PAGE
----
Other people, Barron says, get too caught up in the future.  They are so busy planning, working and saving for the future, that they don't enjoy life.

If there is one thing my wife and I have made a point of doing during our marriage, and now with our family, is to enjoy our life.  It doesn't mean living extravagantly (three kids in Catholic school is enough to curb any incline that either of us might have) but we don't live worrying and planning for the future.  I know that in today's portfolio-minded culture, we may seem odd but as the saying goes, "life is short and then you die."  My wife's father died when he was 53, which I will turning (God willing) in just six short years.  Why am I going to worry about what may or may not happen?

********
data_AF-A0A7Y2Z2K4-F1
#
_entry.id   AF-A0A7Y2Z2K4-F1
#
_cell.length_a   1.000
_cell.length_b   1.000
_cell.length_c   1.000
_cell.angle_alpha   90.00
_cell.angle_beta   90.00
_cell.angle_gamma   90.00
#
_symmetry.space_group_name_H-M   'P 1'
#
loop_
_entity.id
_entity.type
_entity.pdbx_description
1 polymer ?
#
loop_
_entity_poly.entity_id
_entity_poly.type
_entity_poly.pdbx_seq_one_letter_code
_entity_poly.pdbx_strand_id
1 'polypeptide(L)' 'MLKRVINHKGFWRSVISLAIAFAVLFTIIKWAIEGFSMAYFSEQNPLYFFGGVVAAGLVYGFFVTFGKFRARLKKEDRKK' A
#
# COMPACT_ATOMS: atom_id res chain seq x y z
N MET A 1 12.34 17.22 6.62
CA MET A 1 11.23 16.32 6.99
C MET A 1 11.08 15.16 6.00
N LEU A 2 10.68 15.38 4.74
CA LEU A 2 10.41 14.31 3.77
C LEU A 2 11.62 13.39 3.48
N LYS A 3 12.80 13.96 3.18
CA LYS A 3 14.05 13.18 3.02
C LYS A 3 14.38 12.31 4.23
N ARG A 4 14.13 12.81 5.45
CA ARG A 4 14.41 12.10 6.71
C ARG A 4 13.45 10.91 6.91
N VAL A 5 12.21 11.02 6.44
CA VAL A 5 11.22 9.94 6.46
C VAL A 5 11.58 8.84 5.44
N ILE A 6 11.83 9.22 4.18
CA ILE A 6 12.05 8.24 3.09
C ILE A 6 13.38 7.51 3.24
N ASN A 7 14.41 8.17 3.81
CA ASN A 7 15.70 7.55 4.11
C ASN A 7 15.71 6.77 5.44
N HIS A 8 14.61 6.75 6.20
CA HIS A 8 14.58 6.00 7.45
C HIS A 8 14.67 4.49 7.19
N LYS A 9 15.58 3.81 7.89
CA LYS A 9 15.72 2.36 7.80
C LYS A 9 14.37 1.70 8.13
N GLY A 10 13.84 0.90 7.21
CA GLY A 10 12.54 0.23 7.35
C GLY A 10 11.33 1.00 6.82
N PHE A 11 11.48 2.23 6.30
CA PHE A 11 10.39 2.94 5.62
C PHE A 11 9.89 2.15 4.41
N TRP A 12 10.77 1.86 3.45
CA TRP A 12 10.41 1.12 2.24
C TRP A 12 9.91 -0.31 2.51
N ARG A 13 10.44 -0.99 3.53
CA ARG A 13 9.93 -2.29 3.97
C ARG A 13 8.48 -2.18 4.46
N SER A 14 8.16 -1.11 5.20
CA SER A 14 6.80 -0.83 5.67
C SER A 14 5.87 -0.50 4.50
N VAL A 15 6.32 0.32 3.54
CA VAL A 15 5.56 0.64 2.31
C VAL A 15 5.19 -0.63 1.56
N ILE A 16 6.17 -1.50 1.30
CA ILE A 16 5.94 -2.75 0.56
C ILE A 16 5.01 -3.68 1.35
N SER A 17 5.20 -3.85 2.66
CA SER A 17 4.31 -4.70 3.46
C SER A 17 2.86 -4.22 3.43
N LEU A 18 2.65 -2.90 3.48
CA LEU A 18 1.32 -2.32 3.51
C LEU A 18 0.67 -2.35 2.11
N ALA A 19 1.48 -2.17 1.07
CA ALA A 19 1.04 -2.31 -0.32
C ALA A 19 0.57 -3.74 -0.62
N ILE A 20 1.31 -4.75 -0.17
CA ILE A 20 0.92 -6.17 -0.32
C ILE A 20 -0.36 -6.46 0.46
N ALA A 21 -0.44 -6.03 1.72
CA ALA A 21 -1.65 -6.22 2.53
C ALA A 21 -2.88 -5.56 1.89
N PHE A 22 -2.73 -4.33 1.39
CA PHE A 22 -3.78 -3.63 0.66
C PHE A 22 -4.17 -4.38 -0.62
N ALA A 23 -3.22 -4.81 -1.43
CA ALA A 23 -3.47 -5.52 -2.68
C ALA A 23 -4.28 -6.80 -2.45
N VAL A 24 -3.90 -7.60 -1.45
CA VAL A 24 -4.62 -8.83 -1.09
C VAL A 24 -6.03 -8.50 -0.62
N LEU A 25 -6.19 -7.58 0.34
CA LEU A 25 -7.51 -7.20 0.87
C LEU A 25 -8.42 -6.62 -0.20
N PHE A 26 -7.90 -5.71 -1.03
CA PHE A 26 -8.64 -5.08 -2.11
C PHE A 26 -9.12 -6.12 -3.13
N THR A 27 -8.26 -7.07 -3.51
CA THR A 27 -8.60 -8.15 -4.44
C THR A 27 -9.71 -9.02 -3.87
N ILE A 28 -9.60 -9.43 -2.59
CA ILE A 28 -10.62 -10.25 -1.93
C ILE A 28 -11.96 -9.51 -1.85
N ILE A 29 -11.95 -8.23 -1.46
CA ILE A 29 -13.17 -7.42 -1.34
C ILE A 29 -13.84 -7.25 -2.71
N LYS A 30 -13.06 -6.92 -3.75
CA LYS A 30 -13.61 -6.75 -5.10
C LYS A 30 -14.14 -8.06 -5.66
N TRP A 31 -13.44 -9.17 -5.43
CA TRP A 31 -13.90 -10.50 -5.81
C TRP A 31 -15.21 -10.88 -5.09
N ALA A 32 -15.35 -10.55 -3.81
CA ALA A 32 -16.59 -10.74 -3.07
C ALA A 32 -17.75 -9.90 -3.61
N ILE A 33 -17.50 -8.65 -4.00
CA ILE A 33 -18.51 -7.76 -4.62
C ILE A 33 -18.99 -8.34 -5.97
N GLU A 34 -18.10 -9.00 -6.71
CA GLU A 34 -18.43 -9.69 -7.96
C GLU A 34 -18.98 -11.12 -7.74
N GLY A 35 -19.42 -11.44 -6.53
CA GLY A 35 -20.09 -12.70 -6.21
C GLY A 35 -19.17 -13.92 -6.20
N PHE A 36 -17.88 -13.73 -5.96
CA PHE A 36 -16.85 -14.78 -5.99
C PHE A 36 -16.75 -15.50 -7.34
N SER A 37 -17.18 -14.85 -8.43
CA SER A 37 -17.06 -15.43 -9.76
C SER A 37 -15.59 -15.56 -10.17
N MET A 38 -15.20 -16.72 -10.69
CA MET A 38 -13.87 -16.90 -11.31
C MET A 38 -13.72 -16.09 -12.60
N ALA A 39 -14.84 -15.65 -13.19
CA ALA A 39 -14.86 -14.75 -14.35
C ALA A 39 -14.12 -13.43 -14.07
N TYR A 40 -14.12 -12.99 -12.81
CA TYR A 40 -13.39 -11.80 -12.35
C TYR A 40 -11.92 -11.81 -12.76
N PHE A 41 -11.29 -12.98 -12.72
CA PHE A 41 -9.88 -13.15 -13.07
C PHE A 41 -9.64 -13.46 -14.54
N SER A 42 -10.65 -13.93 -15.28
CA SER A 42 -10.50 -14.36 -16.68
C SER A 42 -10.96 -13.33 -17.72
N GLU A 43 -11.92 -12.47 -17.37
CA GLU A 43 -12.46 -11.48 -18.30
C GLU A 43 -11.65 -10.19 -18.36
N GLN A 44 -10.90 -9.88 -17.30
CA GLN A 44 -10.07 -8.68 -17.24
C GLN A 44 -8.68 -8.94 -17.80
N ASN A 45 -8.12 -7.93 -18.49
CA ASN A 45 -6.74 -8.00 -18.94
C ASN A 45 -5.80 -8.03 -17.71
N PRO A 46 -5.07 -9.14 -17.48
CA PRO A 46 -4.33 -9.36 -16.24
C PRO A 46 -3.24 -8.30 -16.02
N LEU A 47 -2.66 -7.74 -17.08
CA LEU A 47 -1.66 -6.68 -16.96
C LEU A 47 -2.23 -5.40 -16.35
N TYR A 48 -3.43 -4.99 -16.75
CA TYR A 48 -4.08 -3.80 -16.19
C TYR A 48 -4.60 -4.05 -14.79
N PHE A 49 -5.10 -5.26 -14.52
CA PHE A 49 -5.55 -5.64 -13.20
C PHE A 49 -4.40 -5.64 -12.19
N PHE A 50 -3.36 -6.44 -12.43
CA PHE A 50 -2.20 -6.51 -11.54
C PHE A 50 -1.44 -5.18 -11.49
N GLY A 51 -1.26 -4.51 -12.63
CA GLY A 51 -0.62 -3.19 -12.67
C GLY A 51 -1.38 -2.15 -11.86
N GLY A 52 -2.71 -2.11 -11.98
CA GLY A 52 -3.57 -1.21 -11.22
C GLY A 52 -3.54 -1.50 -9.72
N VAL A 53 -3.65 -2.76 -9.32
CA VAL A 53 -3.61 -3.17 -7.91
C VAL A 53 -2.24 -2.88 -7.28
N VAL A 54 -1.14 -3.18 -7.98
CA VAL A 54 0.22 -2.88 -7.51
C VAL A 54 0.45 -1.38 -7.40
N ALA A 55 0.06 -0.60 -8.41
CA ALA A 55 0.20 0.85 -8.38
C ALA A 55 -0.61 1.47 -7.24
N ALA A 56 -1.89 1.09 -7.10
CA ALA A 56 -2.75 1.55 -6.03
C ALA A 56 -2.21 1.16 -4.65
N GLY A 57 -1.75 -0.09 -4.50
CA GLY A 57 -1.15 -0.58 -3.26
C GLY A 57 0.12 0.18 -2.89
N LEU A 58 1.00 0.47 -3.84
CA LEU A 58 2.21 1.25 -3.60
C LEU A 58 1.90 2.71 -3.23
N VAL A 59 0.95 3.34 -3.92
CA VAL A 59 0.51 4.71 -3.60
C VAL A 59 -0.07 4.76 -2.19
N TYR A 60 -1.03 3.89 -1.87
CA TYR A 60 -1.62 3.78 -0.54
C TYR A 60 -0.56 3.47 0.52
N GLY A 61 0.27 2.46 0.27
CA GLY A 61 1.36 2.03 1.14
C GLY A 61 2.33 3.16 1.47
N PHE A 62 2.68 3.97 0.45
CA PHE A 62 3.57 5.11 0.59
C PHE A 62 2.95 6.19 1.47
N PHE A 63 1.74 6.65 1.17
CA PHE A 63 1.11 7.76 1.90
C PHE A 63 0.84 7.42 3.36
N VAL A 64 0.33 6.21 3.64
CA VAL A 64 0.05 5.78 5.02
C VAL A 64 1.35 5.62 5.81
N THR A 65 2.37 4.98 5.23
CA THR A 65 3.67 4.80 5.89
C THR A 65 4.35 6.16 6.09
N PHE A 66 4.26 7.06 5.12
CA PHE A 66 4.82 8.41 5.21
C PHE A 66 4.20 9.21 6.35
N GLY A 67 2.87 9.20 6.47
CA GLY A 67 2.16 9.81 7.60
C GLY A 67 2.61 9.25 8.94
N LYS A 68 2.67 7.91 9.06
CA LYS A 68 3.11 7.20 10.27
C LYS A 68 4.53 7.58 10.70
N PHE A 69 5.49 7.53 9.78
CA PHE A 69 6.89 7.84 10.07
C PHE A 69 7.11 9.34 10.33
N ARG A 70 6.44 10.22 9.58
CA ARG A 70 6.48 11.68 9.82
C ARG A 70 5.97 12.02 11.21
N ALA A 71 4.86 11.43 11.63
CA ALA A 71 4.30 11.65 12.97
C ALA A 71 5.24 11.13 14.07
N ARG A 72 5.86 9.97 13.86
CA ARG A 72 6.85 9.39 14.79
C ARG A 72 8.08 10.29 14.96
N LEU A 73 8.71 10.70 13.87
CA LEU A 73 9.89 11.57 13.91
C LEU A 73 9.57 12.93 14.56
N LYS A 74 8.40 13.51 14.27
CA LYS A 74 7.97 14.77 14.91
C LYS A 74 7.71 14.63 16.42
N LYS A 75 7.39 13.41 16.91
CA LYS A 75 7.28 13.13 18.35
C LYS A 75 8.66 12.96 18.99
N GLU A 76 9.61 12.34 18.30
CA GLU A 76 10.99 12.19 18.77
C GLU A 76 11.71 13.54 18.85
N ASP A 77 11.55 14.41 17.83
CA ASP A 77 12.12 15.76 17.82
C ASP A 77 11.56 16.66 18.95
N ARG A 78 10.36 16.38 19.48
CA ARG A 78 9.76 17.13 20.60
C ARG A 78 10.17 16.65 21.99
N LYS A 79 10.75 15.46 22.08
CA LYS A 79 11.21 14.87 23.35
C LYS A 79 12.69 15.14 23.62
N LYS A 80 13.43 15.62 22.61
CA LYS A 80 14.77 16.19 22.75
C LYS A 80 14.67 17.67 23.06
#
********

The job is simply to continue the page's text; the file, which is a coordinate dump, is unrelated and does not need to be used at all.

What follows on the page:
The only thing we ever stress about is having the funds to continue to send our kids to parochial school, which for us is extremely important.  Although, I realize stress and anxiety show a lack of faith in God, sometimes in my humanity, I can't help it.  That said, once we have the tuition for the year covered, for me, everything else is gravy.

As for Fr. Barron and Midnight in Paris, which is the reason I started this blog, through the magic of Hollywood, Gil is transported back in time to the era he longed for and meets his writing heroes. But, what he finds is that like him, those that live in the 20's, are romanticizing and pining about a previous time in history.

In other words, at the risk of stealing some of Fr. Barron's thunder, his conclusion is that we should leave the past behind, stop worrying about the future and live for the "glory days" of today because this is the time we have been given, which is exactly what Woody Allen (coinciding with Christian teachers of the past, although probably unintentionally considering he's Jewish) is apparently trying to say with his movie...